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Monastery of the Most Holy Redeemer, Bolwarra Heights, Australia

The Monastery

In 1965, four nuns from the Canadian Redemptoristine Monastery of Barrie, and one from Esopus, set out to establish a new convent at Redhead, in Australia. From Redhead, a brand new convent, with traditional cloisters and a lovely chapel, was purpose-built on the beautiful Bolwarra Heights.

In the Chapel the nuns have a separate choir, and cannot be seen by the public, though they can be heard. Everyone can see the altar and Mass being offered daily. The Chapel window is especially lovely. The grilles in the chapel and parlour give the nuns a private space for their religious life and work.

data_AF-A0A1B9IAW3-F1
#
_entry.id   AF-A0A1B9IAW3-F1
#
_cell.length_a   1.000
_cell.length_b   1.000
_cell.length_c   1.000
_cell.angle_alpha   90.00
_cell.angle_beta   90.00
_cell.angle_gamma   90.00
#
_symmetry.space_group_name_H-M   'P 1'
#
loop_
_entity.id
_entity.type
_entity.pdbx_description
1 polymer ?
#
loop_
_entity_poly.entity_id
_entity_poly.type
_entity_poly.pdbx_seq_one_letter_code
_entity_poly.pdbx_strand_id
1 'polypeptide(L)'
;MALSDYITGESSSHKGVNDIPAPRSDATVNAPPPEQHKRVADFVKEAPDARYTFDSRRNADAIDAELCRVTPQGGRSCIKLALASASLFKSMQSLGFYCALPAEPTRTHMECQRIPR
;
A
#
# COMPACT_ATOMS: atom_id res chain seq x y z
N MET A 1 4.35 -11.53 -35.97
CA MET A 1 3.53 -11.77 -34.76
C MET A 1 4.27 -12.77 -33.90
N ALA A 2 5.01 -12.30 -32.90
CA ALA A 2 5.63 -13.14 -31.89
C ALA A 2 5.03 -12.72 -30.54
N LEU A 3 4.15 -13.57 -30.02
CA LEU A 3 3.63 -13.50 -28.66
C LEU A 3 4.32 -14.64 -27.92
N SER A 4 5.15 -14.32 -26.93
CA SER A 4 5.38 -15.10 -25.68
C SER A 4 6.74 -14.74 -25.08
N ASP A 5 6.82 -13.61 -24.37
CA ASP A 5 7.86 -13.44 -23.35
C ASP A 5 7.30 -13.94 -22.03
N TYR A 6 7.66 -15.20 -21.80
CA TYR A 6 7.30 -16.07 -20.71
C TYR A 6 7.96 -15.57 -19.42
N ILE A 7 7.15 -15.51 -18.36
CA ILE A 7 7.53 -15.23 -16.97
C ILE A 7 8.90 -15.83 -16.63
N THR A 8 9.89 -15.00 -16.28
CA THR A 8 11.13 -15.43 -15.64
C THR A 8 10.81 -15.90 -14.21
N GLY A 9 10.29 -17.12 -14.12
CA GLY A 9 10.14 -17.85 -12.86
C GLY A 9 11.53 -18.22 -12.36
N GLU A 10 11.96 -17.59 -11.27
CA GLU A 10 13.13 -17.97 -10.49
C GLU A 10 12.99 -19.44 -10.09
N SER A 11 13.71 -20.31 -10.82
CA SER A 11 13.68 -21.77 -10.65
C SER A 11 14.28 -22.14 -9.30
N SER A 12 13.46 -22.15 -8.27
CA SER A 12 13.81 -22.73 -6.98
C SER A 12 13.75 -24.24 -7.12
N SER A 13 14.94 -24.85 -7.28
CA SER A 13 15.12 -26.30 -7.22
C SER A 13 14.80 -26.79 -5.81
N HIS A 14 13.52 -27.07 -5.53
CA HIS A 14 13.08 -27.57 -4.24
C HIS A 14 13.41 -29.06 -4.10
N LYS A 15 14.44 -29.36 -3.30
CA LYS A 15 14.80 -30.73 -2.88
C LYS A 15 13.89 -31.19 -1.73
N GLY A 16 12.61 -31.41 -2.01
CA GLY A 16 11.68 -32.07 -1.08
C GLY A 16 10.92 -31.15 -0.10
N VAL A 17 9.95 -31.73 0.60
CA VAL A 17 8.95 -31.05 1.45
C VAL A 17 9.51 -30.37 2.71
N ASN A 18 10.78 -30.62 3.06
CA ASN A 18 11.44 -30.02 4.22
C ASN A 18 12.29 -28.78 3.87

The strong, but delicately-shaped, form of the grilles enhances rather than spoils the beauty of the building.

Within the the Enclosure, the nuns' cells are simple, observing the Redemptoristine customs of a large crucifix and dark-red (habit-coloured) cross sewn on the bedspread.

There are secure fences but no high stone walls, so its possible for the nuns to look out over the unspoilt valley floor below, to the mountain ranges beyond. In the grounds are many eucalyptus trees (called "gum trees" by Australians). The Lemon tree produces fruit even in the winter, although the Orange tree tends to struggle.

The gardens slope gently towards the valley floor with the lake. The grounds are full of wild, colourful parrots and birds, flying free. There is also a family of Kangaroos that sometimes appears. The best time to see them is at dawn or dusk.

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